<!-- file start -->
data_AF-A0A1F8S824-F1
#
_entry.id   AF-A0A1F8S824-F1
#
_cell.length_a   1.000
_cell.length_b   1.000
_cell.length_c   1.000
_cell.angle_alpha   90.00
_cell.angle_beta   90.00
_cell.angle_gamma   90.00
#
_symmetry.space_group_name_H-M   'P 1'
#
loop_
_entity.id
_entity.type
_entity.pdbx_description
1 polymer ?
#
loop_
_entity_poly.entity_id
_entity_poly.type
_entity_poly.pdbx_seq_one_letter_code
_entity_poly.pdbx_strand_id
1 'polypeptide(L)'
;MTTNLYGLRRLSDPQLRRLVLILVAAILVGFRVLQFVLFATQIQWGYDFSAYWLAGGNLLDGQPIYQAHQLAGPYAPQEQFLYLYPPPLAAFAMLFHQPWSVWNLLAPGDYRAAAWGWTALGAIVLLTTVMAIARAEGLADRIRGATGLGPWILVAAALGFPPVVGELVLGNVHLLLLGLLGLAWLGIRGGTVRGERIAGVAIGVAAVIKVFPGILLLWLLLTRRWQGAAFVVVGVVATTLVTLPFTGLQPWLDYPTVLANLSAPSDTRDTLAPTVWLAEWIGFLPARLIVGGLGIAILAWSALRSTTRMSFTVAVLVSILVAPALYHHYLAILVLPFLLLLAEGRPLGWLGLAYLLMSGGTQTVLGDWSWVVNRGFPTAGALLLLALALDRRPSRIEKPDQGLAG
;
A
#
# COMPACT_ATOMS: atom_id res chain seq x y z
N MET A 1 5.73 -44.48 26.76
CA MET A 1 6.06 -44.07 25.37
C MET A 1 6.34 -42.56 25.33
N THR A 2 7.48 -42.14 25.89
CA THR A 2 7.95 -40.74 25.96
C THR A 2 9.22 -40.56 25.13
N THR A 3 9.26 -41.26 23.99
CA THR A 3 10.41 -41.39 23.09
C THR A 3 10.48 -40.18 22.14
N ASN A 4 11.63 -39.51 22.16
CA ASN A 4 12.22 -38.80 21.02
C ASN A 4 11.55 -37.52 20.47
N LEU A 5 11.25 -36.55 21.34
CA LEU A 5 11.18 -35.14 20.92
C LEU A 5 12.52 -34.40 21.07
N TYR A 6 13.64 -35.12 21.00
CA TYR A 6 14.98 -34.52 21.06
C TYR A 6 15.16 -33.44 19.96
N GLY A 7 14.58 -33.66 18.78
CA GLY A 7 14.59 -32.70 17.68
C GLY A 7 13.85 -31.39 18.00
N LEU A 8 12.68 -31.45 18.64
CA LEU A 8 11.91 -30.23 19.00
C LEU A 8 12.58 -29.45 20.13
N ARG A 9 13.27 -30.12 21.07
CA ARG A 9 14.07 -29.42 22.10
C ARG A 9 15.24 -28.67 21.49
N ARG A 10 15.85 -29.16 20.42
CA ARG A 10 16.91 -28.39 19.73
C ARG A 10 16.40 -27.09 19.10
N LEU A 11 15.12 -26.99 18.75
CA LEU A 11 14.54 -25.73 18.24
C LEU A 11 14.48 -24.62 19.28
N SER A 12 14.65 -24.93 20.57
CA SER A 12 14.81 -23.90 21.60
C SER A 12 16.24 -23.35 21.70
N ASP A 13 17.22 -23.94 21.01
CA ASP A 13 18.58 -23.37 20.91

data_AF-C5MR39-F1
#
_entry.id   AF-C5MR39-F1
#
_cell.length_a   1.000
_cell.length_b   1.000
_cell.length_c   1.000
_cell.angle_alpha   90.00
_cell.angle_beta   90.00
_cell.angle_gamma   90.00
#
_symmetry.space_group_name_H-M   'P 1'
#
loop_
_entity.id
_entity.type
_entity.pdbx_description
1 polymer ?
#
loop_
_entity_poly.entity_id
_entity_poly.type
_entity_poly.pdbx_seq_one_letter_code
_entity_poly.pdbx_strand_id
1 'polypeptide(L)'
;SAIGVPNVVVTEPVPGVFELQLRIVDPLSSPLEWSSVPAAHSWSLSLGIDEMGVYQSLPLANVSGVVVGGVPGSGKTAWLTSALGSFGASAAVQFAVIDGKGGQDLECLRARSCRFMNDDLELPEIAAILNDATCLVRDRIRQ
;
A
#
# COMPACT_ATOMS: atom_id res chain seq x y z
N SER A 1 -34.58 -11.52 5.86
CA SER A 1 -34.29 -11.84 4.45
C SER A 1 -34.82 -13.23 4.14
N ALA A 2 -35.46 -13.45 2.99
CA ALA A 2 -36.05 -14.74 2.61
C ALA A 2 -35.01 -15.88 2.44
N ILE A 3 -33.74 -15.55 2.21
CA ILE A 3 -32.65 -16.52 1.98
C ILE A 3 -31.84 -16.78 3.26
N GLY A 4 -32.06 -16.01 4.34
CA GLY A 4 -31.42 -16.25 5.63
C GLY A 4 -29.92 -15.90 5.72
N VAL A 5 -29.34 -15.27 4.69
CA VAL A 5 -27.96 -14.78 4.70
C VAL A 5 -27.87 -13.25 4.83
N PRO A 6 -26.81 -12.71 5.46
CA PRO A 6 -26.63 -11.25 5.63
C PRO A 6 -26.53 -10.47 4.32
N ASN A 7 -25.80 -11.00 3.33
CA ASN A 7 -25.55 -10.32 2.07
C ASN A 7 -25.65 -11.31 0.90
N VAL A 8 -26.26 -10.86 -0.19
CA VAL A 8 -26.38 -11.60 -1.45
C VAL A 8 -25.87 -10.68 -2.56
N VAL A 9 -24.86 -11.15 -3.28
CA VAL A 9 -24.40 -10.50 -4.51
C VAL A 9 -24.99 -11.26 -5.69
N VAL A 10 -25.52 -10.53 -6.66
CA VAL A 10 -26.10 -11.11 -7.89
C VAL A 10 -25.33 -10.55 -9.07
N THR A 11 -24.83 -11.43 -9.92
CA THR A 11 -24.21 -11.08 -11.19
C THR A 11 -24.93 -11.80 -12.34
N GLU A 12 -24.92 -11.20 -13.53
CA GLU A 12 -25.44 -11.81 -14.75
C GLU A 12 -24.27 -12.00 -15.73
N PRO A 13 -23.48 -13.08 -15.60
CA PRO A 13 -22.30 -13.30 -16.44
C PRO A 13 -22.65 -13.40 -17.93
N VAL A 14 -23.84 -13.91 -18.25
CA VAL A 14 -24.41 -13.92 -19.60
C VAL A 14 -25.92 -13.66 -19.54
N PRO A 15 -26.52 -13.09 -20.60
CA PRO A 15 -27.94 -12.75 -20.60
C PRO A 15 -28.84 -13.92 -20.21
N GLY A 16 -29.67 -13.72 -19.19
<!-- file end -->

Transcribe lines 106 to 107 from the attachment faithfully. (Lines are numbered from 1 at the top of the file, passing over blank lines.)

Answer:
CA ILE A 3 -32.65 -16.52 1.98
C ILE A 3 -31.84 -16.78 3.26